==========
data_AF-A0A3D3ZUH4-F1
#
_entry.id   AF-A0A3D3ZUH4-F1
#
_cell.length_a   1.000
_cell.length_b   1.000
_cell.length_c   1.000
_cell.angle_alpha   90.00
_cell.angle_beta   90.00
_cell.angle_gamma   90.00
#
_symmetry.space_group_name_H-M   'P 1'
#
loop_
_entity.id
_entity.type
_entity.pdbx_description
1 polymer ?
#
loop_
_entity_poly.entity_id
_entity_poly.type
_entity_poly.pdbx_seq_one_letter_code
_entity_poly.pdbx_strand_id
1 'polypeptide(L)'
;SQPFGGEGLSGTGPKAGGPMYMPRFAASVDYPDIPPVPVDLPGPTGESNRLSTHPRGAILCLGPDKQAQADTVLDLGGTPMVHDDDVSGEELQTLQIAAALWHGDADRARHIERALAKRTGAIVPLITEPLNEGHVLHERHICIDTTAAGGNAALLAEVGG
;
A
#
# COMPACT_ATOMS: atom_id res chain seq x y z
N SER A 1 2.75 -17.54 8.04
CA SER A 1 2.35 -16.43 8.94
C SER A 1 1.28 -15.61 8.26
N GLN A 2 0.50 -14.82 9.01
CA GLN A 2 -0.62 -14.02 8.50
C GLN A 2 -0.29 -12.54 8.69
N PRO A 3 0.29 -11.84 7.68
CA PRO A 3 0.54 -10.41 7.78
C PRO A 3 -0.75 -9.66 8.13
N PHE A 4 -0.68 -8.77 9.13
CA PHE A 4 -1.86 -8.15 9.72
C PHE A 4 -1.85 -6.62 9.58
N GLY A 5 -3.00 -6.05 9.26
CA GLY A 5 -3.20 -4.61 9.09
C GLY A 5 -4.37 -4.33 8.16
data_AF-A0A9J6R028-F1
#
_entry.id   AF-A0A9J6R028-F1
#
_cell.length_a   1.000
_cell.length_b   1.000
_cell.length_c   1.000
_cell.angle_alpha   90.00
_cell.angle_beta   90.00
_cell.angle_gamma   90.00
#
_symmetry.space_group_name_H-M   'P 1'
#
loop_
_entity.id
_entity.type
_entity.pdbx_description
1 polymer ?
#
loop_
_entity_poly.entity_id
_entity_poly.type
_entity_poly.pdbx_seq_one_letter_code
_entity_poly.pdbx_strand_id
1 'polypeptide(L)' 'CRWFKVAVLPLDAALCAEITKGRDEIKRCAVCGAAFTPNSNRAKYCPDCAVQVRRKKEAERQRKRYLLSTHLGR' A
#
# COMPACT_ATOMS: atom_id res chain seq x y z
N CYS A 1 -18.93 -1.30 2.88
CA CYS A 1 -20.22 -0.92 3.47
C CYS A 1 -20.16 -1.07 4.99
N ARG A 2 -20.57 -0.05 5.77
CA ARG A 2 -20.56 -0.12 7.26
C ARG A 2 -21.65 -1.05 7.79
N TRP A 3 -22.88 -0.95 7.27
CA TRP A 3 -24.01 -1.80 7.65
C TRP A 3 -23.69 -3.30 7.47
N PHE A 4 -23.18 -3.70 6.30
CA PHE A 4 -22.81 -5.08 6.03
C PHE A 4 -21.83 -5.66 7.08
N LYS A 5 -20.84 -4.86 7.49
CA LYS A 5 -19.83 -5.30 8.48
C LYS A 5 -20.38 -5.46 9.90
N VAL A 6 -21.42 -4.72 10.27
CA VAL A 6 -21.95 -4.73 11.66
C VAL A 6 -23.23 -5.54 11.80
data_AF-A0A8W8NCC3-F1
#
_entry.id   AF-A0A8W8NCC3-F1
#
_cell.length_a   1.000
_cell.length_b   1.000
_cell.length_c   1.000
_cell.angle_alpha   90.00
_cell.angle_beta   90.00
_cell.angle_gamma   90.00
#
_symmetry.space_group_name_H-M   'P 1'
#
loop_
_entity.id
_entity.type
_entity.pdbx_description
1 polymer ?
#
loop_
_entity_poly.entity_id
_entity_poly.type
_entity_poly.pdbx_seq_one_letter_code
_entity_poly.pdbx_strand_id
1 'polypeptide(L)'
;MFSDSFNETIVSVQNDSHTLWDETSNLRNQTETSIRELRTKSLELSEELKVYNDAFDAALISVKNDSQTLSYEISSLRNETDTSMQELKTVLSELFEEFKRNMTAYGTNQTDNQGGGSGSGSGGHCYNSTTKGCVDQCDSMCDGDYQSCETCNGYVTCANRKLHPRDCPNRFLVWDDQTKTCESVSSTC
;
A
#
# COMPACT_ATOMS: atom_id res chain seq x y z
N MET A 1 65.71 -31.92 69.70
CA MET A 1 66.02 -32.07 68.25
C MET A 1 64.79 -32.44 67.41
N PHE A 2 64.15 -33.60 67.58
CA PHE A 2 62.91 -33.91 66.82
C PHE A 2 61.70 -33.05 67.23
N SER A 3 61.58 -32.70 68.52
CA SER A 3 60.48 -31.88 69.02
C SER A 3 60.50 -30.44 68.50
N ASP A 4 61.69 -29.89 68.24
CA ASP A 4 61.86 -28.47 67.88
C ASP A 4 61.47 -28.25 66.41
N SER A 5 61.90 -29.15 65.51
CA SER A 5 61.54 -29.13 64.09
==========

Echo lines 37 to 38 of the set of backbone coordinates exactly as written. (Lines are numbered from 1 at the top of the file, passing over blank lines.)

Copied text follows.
N PRO A 3 0.29 -11.84 7.68
CA PRO A 3 0.54 -10.41 7.78